I have to mention Herman the US Coast Guard mouser cat who was issued with a passport during World War II. He was officially commissioned into the service in 1943. His task as stated was to control the rodent population. He was a celebrity ship’s cat as he made the news at the time. His official title was ‘Expert Mouser’.
It was all very tongue-in-cheek serious which indicates that they had some fun. Herman was a kind of mascot it seems to me and probably helped to keep up morale.
His passport details were:
Herman the Cat, occupation: EXPERT MOUSER, age: 8 months, height: 15 inches, weight: 11 pounds, eyes: GREEN, color hair: GRAY, issued on Jan. 12, 1943.
US Coast Guard
His pawprint substituted a right-hand index finger fingerprint.
There have been some famous ship’s cats and they invariably achieved their fame during the war. The UK’s famous wartime ship’s cat was Simon. He was awarded the animal equivalent of the Victoria Cross (VC) Dickin Medal. The VC is the highest decoration a British soldier can achieve for valour
This photo from WW2 of a ship’s cat in a custom made hammock reminds me of the most famous cat of that era, Simon. He was also a black-and-white moggy and he was awarded the VC for animals, the Dickin Medal. Simon survived the war but died after he returned home to Britain because of the cold. He was ship’s cat in the Far East where it gets much hotter. I don’t know anything about the cat in the photo except what I can glean from looking at it. The sailors look genuinely interested in the cat. They look fond of him especially the guy sitting next to him. I expect that he made the hammock and is rightly rather proud of his work. The cat looks comfortable.
You wonder how cats survived these warships. What if the cat fell ill? There’d be no vet onboard. I guess the medic dealt with it but it wouldn’t be great. And neither would the food. Back in those days cats got kitchen scraps. Cat food existed, of course, but it was no where near as sophisticated as today’s. I can see ships’ cats getting ill quite frequently and dying. They did a good job of keeping mice infestations down and entertaining the sailors who like cats.
You may know that going further back in time when the first settlers travelled to America they believed that polydactyl cats were better ‘sailors’ as they had one extra toe to keep then steady on deck. This is why the Hemingway cats were often polydactyl. They are the descendents of the original ships’ cats.
The Dickin Medal is named after Maria Dickin, the founder of the The People’s Dispensary for Sick Animals in the UK. She was remarkable woman. She cared for animal welfare at a time (1917) when relatively few did.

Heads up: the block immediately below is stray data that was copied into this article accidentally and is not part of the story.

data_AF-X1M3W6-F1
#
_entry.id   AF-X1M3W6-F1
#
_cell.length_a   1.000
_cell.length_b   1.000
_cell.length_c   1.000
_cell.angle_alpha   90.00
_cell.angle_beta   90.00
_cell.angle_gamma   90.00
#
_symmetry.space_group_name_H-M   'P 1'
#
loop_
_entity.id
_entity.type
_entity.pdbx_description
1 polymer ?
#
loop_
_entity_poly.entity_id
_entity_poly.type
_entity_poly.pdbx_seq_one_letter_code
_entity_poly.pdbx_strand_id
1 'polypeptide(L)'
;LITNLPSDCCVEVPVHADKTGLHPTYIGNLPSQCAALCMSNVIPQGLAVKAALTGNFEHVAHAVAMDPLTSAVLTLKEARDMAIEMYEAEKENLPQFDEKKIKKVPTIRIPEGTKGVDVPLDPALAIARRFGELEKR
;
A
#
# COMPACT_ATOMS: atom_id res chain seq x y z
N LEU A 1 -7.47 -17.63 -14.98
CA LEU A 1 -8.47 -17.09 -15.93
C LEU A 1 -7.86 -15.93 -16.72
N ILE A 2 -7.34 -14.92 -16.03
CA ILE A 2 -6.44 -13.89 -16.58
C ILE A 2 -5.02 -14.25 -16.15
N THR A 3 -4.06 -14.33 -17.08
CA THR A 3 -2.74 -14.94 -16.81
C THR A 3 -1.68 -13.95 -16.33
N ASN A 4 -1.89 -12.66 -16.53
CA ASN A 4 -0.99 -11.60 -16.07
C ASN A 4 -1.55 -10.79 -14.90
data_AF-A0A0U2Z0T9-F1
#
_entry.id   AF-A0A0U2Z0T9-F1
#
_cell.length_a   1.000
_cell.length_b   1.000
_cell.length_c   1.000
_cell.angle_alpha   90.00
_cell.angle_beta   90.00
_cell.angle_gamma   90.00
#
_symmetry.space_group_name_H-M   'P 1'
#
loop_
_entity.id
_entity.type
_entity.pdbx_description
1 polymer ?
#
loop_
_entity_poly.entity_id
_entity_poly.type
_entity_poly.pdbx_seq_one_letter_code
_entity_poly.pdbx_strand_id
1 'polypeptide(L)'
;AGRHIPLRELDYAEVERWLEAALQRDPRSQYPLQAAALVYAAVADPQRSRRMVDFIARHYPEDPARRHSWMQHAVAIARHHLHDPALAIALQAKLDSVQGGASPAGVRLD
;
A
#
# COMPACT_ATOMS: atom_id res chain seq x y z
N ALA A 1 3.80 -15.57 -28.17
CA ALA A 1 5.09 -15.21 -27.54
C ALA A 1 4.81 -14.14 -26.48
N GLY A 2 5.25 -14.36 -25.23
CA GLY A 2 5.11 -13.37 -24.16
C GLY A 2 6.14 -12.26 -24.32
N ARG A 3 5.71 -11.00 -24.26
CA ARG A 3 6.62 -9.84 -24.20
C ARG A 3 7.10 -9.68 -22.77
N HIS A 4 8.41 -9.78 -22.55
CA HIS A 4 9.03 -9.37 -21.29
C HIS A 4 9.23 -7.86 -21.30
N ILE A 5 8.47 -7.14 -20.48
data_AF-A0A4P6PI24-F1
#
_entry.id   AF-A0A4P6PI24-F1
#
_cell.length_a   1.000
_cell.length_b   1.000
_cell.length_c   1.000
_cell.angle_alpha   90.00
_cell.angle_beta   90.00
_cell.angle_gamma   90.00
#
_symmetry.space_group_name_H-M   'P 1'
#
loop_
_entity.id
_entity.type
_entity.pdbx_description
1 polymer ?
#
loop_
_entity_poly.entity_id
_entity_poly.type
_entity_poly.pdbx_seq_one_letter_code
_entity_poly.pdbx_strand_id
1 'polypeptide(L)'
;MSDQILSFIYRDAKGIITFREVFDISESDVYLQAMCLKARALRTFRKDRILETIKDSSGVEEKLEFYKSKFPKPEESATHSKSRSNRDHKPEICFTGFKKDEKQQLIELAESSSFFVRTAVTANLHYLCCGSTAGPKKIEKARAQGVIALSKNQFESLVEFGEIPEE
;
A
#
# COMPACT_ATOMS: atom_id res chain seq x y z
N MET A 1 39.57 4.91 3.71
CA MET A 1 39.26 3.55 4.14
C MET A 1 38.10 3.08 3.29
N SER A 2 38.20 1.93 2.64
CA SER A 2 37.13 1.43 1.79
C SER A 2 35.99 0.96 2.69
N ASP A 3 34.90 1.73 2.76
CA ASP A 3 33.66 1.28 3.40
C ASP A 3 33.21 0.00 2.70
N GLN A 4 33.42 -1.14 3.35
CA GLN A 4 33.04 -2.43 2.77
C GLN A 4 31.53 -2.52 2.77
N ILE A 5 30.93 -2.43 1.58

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Zappa is a grey, tabby-and-white domestic cat. His home is in Belfast, N. Ireland. His human companion is Julie Blair. She works at the Irish dog rescue centre Cavaliers in Need.
Zappa went missing 18 months ago. Julie thought he had died; killed by a fox or shot by a hunter. Then she got a telephone call from Nancy Lindsay of Garston Animal Rescue in Liverpool. Fortunately Zappa had been microchipped indicating that he was registered in Belfast. Nancy telephoned Julie and asked her a few questions and emailed her photographs of Zappa which showed a distinguishing mark under his chin. This confirmed that the cat was Zappa.
What Julie found rather strange was that Nancy’s accident was English so she asked Nancy where she lived. Her response was “Liverpool”. Julie thought she meant Liverpool Street in Belfast but eventually the conversation turned around to the fact that Nancy was calling from Liverpool in England and that Zappa had been found in Speke Hall Road, Liverpool, Merseyside, across the Irish Sea from Northern Ireland. Zappa had been spotted eating from takeaway rubish bins.
Neither Nancy nor Julie have any idea how Zappa ended up in Liverpool except the obvious, namely that he wandered onto a boat and then meandered off it when it docked at Liverpool. For a short while he was the ship’s cat.
Julie travelled to Liverpool, quite possibly on the same boat that Zappa had travelled on to be reunited with her cat.
“I had no hesitation to come and get him because I had bottle-fed him since he was an abandoned kitten and our family have his brothers and sisters. It was an emotional reunion and he was a bit cautious at first, especially being around the other cats, but he definitely recognise me and he wouldn’t stop meowing all the way home.”
Nancy Lindsay said:
“In all our 30 years of running a rescue, we’ve never had a cat that crossed the sea like this.”
If you’re a cat owner living near docks…think again.
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Eighty-seven percent (87%) of people would prefer to sale around the world with their cat companion according to a large poll of 7912 voters.
It made me think. It has a very romantic feel to it. As Liz Clark is actually living the dream and sailing around the world with her cat as I write this it proves that cats can live on smallish boats (40 foot) for a long time and be safe even when in the middle of an ocean.